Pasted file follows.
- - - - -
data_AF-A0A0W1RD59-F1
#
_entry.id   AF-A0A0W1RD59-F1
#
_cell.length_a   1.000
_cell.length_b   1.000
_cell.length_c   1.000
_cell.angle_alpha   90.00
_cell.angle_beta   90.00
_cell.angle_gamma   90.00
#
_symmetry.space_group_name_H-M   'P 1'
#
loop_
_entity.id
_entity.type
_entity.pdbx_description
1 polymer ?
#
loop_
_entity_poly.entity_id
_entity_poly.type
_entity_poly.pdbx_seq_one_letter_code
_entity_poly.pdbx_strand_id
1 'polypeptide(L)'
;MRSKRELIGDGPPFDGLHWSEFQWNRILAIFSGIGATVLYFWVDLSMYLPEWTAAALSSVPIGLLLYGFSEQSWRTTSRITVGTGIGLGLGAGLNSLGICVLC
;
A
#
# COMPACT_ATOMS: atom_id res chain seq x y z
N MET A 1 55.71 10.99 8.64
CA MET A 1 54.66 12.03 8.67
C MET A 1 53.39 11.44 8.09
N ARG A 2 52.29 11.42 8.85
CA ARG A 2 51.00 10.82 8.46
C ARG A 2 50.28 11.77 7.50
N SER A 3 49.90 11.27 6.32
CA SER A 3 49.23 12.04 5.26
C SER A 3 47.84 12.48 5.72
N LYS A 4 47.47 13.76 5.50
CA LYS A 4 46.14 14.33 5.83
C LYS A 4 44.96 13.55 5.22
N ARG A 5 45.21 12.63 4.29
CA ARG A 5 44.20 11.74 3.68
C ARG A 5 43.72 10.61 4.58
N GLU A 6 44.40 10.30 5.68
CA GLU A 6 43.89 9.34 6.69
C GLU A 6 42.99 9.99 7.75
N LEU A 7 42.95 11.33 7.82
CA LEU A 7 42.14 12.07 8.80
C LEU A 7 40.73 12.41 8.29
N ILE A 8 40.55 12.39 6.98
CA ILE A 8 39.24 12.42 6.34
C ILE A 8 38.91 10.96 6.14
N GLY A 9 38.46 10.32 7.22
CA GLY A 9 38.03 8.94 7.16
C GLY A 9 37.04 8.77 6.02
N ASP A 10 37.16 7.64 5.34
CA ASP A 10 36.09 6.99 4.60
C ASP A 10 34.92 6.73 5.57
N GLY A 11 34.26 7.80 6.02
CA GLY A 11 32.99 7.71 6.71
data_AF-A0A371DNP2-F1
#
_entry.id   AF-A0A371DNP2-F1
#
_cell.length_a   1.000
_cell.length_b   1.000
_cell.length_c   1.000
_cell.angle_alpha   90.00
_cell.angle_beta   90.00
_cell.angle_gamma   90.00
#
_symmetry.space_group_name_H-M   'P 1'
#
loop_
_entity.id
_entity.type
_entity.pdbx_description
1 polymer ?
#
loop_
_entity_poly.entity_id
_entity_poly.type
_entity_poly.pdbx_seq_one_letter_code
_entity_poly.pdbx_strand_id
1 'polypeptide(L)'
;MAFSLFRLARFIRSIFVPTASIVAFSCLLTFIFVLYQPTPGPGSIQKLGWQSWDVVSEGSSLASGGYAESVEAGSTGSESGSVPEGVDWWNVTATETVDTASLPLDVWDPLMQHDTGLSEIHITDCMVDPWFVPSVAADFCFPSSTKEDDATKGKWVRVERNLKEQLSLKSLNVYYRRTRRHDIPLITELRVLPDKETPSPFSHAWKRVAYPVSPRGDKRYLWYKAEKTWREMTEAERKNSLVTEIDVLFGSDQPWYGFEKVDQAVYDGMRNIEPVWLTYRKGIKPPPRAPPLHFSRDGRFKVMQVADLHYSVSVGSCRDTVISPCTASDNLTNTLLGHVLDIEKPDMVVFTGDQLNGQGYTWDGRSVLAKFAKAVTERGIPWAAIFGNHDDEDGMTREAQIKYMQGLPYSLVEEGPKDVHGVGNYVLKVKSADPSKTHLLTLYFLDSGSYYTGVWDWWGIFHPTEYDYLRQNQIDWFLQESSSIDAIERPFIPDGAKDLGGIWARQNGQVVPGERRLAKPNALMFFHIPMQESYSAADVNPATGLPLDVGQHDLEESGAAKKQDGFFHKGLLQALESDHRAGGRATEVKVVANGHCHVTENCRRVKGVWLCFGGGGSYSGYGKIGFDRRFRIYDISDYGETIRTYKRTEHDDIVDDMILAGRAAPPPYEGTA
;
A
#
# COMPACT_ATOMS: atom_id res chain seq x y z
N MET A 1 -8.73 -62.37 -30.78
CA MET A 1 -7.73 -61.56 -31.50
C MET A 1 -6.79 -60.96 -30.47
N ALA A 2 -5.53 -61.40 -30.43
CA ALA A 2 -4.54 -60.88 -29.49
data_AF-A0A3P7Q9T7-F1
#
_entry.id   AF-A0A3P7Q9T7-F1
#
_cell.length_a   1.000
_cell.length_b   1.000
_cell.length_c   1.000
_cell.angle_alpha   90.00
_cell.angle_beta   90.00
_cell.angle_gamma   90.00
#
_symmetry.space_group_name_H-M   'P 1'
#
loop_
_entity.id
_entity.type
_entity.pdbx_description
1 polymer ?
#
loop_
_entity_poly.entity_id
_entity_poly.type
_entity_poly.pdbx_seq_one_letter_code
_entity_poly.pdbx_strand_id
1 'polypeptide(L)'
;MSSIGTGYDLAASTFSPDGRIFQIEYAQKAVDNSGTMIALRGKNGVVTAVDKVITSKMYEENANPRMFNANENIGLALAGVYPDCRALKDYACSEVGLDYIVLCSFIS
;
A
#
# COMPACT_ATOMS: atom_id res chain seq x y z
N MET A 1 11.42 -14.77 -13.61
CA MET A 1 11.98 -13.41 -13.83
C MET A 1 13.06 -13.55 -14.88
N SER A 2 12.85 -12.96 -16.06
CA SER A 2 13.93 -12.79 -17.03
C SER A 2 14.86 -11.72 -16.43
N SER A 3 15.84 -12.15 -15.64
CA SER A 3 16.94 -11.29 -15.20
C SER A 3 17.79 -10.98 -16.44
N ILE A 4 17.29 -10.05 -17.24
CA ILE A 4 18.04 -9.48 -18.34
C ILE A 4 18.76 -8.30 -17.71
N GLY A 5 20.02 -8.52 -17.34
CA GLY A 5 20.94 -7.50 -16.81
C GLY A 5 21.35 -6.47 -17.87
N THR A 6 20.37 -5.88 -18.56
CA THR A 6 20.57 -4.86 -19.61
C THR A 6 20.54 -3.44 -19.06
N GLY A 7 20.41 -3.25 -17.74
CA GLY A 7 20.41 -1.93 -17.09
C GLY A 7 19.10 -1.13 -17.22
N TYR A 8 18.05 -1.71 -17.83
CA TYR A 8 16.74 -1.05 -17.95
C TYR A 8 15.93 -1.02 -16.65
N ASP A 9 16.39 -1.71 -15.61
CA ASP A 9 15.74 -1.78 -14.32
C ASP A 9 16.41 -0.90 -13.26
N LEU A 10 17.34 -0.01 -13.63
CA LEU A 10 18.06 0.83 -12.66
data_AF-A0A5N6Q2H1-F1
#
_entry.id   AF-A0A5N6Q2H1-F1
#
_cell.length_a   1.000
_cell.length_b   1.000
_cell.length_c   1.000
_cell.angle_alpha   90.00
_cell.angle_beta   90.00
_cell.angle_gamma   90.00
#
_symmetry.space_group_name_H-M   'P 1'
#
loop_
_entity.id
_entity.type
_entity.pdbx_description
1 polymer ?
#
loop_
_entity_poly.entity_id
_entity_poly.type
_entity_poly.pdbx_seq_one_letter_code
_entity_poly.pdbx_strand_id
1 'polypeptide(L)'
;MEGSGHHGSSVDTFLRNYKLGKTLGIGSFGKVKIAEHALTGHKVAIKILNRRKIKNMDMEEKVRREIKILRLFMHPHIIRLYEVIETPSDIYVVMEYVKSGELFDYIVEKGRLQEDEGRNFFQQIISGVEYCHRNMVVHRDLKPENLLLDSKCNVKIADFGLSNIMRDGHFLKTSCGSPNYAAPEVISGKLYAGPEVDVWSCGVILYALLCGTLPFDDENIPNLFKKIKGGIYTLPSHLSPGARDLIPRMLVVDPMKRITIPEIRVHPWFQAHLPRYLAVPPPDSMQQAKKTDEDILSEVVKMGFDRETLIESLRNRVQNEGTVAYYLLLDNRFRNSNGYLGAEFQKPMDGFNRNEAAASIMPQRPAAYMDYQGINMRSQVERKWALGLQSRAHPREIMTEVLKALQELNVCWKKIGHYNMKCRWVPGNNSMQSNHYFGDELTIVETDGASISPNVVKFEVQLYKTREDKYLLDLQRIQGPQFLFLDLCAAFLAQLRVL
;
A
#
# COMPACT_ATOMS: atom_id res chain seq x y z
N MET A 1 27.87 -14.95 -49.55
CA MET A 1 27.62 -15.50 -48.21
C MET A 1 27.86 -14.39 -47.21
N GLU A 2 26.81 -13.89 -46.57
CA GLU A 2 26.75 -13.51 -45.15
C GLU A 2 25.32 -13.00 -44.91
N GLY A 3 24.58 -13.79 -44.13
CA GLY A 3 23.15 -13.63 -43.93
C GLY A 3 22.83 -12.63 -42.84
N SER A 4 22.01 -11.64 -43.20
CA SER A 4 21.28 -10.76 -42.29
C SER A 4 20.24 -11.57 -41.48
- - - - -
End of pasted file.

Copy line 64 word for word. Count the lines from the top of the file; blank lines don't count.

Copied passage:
#